This is a true story from Little Lake Joseph a few years ago .The names have been changed.
Friday is here at last and Dad should be arriving at the cottage soon. He promised me that he would take me water skiing as soon as he arrived. Mom has made Dad’s favourite dinner but she says it will wait until after the water ski.
I am 11 years old and have two younger sisters. Last Sunday was the very first time that I was able to get up on the water skiis and go all around the bay without falling. I have been trying and trying for the whole summer and I feel so very proud that I can do it – and at least sooner than my sisters. It would have been dreadful if they succeeded in skiing before me because they are only 3 and 4 years old.
I hear the car tires crunching on the gravel on the driveway and I run to confirm that Dad has arrived. I help unload the strawberries he picked up for Mom and wait until he has given everyone a hug before I blurt out, “Can I get the boat ready for my water ski?”
“Sure, you get the skiis, the water ski rope and the life jackets ready and I will be down at the dock in just a few minutes,” Dad says.
Away I go and get set to show off. Lisa and Debbie, my sisters, have their lifejackets on and Lisa is getting her new camera ready to record my water skiing expertise. The boat starts no problem and – much to my surprise – I pop out of the water on my first try and am standing pretty solidly on my skiis. Dad gives me the thumbs up. Lisa, Debbie and Dad are watching and cheering. It feels great to be the centre of attention. Dad is motioning for me to try to cut out over the wake. I get close but then choose to stay directly behind the boat. I don’t want to fall. Everyone’s eyes are on me.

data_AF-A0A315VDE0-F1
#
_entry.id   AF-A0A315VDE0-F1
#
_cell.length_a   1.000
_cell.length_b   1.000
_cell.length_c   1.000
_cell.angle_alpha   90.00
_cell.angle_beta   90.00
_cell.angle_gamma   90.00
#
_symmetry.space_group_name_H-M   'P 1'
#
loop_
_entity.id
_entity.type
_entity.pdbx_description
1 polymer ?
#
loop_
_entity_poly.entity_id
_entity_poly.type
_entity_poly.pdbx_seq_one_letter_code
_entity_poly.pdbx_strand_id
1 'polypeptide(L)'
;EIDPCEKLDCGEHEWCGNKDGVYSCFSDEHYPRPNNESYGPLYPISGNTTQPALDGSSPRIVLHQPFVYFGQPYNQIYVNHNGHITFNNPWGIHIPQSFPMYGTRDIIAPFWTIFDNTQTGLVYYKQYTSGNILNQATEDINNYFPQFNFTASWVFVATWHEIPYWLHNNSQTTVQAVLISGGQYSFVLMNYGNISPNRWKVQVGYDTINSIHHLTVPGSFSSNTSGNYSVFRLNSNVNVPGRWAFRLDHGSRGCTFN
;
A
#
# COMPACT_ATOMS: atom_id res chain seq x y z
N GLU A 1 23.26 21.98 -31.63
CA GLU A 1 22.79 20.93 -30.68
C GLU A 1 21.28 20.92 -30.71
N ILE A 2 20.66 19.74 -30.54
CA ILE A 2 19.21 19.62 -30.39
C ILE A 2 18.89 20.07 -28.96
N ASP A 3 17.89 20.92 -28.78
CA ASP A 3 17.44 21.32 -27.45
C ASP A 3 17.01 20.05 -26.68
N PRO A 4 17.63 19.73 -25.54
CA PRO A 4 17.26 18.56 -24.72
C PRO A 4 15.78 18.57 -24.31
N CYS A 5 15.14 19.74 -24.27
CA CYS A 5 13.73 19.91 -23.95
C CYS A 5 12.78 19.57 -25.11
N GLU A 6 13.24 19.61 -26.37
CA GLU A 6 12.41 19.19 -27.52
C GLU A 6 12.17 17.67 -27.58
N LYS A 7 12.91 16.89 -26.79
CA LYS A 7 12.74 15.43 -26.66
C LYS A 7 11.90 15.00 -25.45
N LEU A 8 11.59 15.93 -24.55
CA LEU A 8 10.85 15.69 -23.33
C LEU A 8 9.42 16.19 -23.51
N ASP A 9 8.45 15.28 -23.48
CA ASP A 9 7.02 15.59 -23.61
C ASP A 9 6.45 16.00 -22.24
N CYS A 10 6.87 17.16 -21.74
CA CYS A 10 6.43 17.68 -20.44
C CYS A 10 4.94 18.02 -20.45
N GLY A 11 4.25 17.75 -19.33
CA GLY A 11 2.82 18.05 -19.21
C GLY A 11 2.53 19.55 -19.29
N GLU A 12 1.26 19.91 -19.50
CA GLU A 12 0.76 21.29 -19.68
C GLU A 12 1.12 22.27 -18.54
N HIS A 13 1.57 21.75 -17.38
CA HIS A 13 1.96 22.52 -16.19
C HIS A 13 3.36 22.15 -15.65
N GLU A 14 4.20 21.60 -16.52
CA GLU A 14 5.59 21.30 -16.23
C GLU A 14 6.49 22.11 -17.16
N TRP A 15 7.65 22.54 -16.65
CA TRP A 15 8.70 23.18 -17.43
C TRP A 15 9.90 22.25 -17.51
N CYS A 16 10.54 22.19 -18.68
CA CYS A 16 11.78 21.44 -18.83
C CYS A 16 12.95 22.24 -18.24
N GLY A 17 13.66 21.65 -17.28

Except, up ahead I see a boat house. I see where the boat is headed and I try to scream. No one hears me and no one sees where they are headed. I am still holding on to the rope but I am sinking in the lake. The boat has stopped completely. Dad, Lisa and Debbie have disappeared as the boat hit the dock and boat house head on. They have been thrown under the bow and I cannot see anyone.
I can stand up on the bottom of the lake because I am so close to shore. I can hear Lisa and Debbie crying and screaming. I hear another boat coming from across the lake. The people ask me if I am OK and can I get to shore.
“Yes.” I whimper. Dad is going to be so mad at me for wrecking his boat with my desire for a Friday night water ski. But that is the least of the worries of the people converging on the scene from other cottages. The boards from the dock have pierced through the bow of the boat. One has hit Lisa in the head and she is bleeding. Dad is unconscious but breathing says a strange man trying to assist Dad. The wood of the boathouse that has been hit is making very creepy creaking sounds.
“We have to get them out of here before the roof comes down,” says one of the men. He lifts Lisa and Debbie onto the sandy shore and a lady is helping stop the bleeding on Lisa’s head. Both my sisters are crying. The lady asks their names and where our cottage is. “Over there,” I point. “My Mom is there making dinner.” “Do you know your telephone number?”
It is confusing. People call my mother and tell her there has been an accident. Eventually, I hear Dad speak. “Darn kids and their water skiing,” he says.
When water skiing, the law and common sense require that there be two responsible people in the boat. One who is focused exclusively on driving the boat safely. The other should be focused exclusively on the water skier and know the hand signals that the skier will be using. One boathouse destroyed. No one seriously injured. Everyone caught up in the pride and excitement of a newly skilled water skier. The driver was not paying attention to the boat’s path and it is questionable whether the two sisters were old enough to really be communicating with hand signals with the water skier.
Be safe on the lakes. Know the laws.